Our resident pharmacist explains who has access to your health history and how to view your own medical records.
By Rita Ghelani
If you’ve ever moved towns or GP surgeries, you’ll know that doctors are able to access information about your medical history in order to help them give you the best treatment.
But have you ever wondered exactly what information your GP holds about you and if you’re able to view them yourself?
Our resident pharmacist Rita Ghelani explains everything you need to know about your medical records:
What are medical records?
Although some NHS patients may have all their healthcare information at their fingertips, others may be grateful to know that their healthcare information is centrally recorded and can be accessed by different healthcare professionals looking after them.
This is especially important for anyone on lots of different medication, with long-term or chronic conditions and those for whom English is not their first language.
If you’re registered with a GP in England details of your health history is kept on an electronic file.
If you are registered with a GP practice in England details about your health history is kept on electronic file. This is called a Summary Care Record (SCR). The only people who currently have access will be those at your NHS GP practice.
Having said that, the NHS is changing how health records are stored and shared in England, by opening up access to your records to other medical professionals, such as pharmacists. This is being carried out to offer better patient NHS care and support wherever you need it, anywhere in England.
What do your medical records contain?
The SCR holds your name, address, date of birth and unique NHS number which is used to identify you. On top of this, it includes:
🔹 All known allergies.
🔹 Any side-effects that you may have experienced from medicines that you have taken in the past.
🔹 Current repeat medications – such as the medicines for high blood pressure, high cholesterol or asthma inhalers.
🔹A list of medicines you have been prescribed in the last 6-12 months.
NHS patients can also choose to include more information in their SCR. This could be information relating to long-term conditions, immunisations given, your preferences such as information on end-of-life care or particular care needs. This additional information will only be added if you and your GP agree that it is necessary. You should discuss this with your GP.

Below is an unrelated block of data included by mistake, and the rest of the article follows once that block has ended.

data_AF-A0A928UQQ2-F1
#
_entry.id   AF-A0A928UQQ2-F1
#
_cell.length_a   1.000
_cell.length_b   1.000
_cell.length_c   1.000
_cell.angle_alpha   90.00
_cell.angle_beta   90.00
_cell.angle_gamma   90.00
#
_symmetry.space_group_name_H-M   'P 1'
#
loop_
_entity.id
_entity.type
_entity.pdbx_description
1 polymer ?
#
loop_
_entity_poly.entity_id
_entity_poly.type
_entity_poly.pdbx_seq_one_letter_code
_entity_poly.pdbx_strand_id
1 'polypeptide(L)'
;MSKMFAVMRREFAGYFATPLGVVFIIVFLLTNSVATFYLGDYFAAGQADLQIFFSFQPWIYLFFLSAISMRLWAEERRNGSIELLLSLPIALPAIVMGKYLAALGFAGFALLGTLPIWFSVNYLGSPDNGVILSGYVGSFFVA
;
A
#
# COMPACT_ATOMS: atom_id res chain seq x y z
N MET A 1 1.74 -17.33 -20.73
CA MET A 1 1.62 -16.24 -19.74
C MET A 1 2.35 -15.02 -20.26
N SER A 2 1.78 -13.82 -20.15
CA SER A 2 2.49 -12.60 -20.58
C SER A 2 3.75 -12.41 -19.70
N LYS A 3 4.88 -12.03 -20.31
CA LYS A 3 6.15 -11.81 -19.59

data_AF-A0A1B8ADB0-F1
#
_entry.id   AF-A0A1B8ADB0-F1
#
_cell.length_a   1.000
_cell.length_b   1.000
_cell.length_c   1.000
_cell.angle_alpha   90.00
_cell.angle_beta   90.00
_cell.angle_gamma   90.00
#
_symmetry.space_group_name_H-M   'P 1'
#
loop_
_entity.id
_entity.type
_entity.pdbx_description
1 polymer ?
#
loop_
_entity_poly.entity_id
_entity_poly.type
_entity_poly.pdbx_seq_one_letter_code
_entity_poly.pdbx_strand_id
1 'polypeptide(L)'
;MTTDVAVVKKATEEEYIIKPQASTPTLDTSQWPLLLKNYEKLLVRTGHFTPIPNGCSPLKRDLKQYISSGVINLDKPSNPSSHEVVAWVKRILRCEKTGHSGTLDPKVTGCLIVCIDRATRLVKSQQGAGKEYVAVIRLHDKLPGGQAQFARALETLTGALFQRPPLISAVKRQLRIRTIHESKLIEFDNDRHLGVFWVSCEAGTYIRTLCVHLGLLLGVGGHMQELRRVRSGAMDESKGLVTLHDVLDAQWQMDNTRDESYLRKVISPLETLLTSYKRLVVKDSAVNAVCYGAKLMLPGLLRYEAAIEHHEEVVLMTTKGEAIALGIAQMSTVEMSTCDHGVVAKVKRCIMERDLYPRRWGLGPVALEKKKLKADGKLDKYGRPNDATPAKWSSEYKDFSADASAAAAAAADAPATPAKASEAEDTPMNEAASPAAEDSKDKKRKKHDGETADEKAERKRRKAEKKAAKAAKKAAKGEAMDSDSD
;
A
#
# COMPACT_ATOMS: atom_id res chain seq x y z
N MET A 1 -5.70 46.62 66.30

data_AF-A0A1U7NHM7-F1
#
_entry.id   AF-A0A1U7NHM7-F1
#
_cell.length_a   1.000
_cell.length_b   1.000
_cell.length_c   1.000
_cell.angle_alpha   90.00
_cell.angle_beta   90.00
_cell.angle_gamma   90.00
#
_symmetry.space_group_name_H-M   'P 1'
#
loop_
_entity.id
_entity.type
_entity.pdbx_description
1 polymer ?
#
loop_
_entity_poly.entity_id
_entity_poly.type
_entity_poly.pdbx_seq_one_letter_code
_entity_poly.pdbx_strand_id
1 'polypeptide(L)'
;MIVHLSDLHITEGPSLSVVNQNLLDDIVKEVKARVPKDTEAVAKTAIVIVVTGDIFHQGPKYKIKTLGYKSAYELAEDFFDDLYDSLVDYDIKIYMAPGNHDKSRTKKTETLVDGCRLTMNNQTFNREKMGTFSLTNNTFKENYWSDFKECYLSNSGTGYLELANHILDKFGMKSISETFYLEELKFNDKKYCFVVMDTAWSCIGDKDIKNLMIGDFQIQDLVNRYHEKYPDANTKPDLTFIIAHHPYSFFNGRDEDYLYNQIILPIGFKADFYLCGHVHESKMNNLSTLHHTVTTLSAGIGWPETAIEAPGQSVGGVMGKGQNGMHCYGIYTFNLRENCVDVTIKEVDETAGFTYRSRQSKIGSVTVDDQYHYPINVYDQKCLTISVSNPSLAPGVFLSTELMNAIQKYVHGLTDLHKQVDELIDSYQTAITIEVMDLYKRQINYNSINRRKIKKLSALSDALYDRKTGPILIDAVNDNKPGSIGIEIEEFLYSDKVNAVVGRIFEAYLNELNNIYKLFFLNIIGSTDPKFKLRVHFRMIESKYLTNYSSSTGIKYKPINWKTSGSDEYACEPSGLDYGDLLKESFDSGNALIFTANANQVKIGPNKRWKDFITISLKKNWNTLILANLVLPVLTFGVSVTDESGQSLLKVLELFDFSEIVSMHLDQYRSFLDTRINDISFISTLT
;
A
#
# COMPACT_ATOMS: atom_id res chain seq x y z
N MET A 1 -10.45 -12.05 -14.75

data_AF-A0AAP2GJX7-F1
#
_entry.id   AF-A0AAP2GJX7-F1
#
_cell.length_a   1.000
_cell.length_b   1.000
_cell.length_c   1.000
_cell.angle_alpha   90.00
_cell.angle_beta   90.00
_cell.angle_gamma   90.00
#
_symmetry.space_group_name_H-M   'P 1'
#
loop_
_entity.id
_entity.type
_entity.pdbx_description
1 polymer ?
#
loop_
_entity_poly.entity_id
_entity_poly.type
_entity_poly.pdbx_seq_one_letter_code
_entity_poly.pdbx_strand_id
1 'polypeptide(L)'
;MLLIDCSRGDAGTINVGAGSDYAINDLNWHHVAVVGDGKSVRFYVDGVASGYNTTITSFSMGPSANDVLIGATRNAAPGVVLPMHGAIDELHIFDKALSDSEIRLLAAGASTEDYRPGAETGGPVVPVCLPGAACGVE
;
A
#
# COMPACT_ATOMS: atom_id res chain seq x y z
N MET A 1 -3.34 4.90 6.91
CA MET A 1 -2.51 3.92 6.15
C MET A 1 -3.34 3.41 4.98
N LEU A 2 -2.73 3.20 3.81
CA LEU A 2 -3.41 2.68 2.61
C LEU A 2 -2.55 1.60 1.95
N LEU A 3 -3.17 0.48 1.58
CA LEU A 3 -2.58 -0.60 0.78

Who can access my summary care record?
Only authorised healthcare professional staff in England who are involved in your direct care and need to view information to do their job will have access to your SCR, but care professionals will ask for your permission if they need to look at your SCR.
Only authorised healthcare professionals who are involved in your direct care have access to your records.
If they cannot ask you because you are unconscious or otherwise unable to communicate, they may decide to look at your record because doing so is in your best interest. A swipe card system is used by anyone accessing your information and is automatically recorded and centrally monitored to ensure that it is appropriate. Each practice has a privacy officer who is responsible for monitoring access. Your SCR will not be accessed by any other organisations.
How do I view my own medical records?
You are able to view your own medical records if you wish to for any reason. To see your GP records, you must register for GP online services through the practice you are registered to. Here, you will be able to view information about your medication, past test results and previous illnesses.
If you want to see you Summary Care Record, on the other hand, you can do so by making a request through your GP, and for hospital records, you can do this by contacting the hospital’s records manager.
Accessing someone else’s medical records
While medical records are completely confidential, you can view someone else’s in certain circumstances. These are:
✔️ If you have been authorised to view them, after applying through your practice with the written consent of the patient in question.
✔️ If you have the legal authority to access them on their behalf.
✔️ If you are a parent or guardian of someone under the age of 16.